5) No. See #4.

6) This is really too complicated for a yes or no, but I think you're oversimplifying. A judge can reject a motion that's filed late, and usually will, but you'd have to show that he abused his discretion in treating the letter as a motion. The order isn't void, because he ordered a hearing and you're having a hearing. It's the type of interim order that usually isn't vacated, so it's likely not going to be found to be void, no matter what happens at the hearing.

7) Yes


8) No. The rule on motions is broad enough to allow a motion for reconsideration.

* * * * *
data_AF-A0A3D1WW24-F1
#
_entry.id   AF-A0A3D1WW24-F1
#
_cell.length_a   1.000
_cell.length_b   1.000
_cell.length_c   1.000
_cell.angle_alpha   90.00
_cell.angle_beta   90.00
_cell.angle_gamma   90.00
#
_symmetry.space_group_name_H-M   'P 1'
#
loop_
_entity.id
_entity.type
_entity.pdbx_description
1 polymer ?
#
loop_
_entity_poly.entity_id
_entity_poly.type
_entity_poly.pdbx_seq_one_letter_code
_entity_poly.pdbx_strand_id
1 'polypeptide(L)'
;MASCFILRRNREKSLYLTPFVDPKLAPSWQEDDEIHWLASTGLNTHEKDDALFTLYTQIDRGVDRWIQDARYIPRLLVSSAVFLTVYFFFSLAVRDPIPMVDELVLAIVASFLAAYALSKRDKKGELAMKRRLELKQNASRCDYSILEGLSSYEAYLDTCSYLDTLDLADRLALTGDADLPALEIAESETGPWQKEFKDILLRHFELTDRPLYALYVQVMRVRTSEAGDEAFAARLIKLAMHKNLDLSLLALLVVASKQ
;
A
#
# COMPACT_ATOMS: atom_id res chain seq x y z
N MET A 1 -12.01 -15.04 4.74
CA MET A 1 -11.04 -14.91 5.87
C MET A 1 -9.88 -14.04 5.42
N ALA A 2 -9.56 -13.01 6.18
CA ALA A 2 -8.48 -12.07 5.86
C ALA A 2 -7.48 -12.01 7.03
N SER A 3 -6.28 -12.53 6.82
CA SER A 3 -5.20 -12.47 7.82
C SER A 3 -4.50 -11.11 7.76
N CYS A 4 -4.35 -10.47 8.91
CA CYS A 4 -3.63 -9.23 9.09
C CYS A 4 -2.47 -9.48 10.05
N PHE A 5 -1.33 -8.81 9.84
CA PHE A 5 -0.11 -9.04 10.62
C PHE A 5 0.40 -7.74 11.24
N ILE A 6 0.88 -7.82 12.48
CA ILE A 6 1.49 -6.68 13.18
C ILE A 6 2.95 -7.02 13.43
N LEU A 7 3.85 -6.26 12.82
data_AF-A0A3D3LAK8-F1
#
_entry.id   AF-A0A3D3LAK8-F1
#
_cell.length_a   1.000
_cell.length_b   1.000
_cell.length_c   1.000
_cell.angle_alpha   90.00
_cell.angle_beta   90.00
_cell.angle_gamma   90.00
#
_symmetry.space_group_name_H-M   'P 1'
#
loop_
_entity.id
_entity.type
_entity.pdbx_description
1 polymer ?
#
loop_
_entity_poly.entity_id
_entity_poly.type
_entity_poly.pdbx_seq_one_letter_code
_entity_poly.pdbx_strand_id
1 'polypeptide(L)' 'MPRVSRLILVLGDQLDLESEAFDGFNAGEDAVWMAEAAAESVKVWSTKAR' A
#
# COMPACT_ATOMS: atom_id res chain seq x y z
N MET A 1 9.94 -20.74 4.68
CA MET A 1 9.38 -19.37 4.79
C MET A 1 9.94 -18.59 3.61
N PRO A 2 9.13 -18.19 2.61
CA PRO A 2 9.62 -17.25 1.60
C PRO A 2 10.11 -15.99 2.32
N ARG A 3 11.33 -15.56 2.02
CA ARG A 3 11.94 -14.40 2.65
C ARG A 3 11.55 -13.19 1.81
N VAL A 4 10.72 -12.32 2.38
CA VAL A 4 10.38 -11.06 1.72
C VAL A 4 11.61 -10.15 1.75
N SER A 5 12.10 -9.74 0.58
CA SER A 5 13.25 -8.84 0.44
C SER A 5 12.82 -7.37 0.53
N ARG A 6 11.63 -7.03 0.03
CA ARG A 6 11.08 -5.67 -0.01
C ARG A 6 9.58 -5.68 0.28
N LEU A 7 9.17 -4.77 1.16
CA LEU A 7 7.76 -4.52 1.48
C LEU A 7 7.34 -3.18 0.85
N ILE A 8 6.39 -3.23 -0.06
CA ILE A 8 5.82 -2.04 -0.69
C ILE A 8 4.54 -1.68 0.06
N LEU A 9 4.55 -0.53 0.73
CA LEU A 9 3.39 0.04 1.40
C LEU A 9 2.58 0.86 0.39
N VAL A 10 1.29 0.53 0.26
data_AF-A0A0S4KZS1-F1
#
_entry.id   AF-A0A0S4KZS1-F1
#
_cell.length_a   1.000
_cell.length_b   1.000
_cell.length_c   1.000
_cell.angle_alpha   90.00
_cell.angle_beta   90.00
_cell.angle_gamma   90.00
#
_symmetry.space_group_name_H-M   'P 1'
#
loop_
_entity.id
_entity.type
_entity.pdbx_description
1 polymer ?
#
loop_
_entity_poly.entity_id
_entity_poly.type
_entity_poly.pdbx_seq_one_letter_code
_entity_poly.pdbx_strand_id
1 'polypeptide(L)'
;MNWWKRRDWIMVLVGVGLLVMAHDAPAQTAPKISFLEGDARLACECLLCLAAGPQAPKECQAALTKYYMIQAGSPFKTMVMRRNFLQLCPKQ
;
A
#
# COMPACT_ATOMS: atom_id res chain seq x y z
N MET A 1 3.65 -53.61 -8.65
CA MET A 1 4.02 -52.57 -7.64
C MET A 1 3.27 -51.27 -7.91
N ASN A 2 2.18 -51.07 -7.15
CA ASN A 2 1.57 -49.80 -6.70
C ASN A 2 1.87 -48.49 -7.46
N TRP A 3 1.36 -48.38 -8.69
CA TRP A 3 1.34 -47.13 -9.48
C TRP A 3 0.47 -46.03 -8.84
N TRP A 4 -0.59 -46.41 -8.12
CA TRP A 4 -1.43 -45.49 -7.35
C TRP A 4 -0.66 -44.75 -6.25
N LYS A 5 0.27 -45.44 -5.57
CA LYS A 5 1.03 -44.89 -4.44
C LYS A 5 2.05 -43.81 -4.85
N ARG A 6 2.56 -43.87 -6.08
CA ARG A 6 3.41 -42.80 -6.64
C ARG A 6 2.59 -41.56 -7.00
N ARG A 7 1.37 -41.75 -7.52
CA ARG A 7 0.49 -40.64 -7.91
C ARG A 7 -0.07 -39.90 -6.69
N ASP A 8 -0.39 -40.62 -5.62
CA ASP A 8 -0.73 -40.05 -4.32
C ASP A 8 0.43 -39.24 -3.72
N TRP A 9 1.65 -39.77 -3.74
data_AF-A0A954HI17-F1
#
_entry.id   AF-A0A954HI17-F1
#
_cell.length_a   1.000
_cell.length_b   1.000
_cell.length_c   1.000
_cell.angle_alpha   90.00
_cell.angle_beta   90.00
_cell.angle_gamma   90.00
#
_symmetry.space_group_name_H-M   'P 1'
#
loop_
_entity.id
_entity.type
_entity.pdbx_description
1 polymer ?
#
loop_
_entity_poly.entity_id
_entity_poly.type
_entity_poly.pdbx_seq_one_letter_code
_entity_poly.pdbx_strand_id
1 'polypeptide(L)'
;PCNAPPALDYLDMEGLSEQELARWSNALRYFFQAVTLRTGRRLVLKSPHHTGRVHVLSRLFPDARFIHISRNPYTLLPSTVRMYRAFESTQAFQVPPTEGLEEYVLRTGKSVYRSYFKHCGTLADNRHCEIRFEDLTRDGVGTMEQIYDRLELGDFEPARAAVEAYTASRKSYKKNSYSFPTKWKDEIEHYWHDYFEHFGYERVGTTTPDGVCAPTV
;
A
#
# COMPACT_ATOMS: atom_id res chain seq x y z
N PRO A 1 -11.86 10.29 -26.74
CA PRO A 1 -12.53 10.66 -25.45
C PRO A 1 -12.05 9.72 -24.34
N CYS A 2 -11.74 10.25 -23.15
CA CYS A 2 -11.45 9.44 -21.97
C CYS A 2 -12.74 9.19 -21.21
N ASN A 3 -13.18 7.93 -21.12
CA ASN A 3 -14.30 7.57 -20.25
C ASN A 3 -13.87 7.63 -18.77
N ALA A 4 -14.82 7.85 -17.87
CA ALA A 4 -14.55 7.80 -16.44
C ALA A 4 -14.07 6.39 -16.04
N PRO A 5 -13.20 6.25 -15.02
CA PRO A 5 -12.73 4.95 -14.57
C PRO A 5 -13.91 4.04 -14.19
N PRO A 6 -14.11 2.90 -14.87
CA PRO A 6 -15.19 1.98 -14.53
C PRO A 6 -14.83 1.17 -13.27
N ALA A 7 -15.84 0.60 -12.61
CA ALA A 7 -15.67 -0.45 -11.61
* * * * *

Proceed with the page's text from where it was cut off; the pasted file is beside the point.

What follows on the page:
However, here, my feeling is that the judge believes that a re-hearing is necessary to validate the amendments, otherwise the judgment could be voided with an appeal. What do you think ?

I did wonder at one point if that is why the judge granted the hearing. He figures that you're likely to appeal and wants to create a solid record, because judges don't like having their decisions overturned on appeal.
Lucy, Esq., Attorney